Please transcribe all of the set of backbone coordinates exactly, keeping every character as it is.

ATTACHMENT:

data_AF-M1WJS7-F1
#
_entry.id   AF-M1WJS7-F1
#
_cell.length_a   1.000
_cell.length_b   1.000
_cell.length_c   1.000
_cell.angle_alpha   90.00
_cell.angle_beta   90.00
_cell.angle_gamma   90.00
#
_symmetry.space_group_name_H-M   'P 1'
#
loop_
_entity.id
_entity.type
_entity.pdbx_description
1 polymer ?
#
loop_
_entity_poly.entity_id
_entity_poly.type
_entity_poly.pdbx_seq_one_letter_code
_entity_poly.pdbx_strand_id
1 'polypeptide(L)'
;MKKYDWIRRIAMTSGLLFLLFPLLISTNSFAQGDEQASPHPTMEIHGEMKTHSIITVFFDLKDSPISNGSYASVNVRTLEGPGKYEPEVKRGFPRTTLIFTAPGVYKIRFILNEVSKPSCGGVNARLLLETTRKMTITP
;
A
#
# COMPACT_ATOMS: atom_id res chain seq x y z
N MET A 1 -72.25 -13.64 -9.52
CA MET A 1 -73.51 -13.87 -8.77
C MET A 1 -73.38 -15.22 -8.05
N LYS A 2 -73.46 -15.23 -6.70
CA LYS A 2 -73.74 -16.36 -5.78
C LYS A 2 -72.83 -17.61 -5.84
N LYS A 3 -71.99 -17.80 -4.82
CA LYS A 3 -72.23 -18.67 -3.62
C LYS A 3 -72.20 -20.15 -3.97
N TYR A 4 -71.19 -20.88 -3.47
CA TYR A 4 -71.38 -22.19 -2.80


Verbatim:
data_AF-M1WJS7-F1
#
_entry.id   AF-M1WJS7-F1
#
_cell.length_a   1.000
_cell.length_b   1.000
_cell.length_c   1.000
_cell.angle_alpha   90.00
_cell.angle_beta   90.00
_cell.angle_gamma   90.00
#
_symmetry.space_group_name_H-M   'P 1'
#
loop_
_entity.id
_entity.type
_entity.pdbx_description
1 polymer ?
#
loop_
_entity_poly.entity_id
_entity_poly.type
_entity_poly.pdbx_seq_one_letter_code
_entity_poly.pdbx_strand_id
1 'polypeptide(L)'
;MKKYDWIRRIAMTSGLLFLLFPLLISTNSFAQGDEQASPHPTMEIHGEMKTHSIITVFFDLKDSPISNGSYASVNVRTLEGPGKYEPEVKRGFPRTTLIFTAPGVYKIRFILNEVSKPSCGGVNARLLLETTRKMTITP
;
A
#
# COMPACT_ATOMS: atom_id res chain seq x y z
N MET A 1 -72.25 -13.64 -9.52
CA MET A 1 -73.51 -13.87 -8.77
C MET A 1 -73.38 -15.22 -8.05
N LYS A 2 -73.46 -15.23 -6.70
CA LYS A 2 -73.74 -16.36 -5.78
C LYS A 2 -72.83 -17.61 -5.84
N LYS A 3 -71.99 -17.80 -4.82
CA LYS A 3 -72.23 -18.67 -3.62
C LYS A 3 -72.20 -20.15 -3.97
N TYR A 4 -71.19 -20.88 -3.47
CA TYR A 4 -71.38 -22.19 -2.80